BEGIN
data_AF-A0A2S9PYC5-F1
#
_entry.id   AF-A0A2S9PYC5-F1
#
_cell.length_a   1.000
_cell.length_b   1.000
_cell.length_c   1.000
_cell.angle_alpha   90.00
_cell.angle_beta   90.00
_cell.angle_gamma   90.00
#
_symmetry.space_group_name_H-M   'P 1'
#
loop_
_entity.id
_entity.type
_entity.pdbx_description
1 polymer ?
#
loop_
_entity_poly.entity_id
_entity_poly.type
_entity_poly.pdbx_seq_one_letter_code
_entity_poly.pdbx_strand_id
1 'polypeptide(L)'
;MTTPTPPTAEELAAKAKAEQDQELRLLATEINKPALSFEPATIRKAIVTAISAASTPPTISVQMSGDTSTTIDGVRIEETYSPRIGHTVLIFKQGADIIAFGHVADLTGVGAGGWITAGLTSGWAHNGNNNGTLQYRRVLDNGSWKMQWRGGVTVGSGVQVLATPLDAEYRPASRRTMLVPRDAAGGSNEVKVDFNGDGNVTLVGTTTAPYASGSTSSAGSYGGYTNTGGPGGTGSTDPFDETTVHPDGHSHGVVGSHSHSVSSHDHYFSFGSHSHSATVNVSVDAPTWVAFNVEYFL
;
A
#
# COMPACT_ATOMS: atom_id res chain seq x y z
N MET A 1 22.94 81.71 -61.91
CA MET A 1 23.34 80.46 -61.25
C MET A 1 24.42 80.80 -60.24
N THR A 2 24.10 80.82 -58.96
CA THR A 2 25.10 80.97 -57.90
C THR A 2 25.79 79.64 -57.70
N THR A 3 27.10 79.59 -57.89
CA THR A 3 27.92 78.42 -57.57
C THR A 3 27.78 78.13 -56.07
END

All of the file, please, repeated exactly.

data_AF-A0A2S9PYC5-F1
#
_entry.id   AF-A0A2S9PYC5-F1
#
_cell.length_a   1.000
_cell.length_b   1.000
_cell.length_c   1.000
_cell.angle_alpha   90.00
_cell.angle_beta   90.00
_cell.angle_gamma   90.00
#
_symmetry.space_group_name_H-M   'P 1'
#
loop_
_entity.id
_entity.type
_entity.pdbx_description
1 polymer ?
#
loop_
_entity_poly.entity_id
_entity_poly.type
_entity_poly.pdbx_seq_one_letter_code
_entity_poly.pdbx_strand_id
1 'polypeptide(L)'
;MTTPTPPTAEELAAKAKAEQDQELRLLATEINKPALSFEPATIRKAIVTAISAASTPPTISVQMSGDTSTTIDGVRIEETYSPRIGHTVLIFKQGADIIAFGHVADLTGVGAGGWITAGLTSGWAHNGNNNGTLQYRRVLDNGSWKMQWRGGVTVGSGVQVLATPLDAEYRPASRRTMLVPRDAAGGSNEVKVDFNGDGNVTLVGTTTAPYASGSTSSAGSYGGYTNTGGPGGTGSTDPFDETTVHPDGHSHGVVGSHSHSVSSHDHYFSFGSHSHSATVNVSVDAPTWVAFNVEYFL
;
A
#
# COMPACT_ATOMS: atom_id res chain seq x y z
N MET A 1 22.94 81.71 -61.91
CA MET A 1 23.34 80.46 -61.25
C MET A 1 24.42 80.80 -60.24
N THR A 2 24.10 80.82 -58.96
CA THR A 2 25.10 80.97 -57.90
C THR A 2 25.79 79.64 -57.70
N THR A 3 27.10 79.59 -57.89
CA THR A 3 27.92 78.42 -57.57
C THR A 3 27.78 78.13 -56.07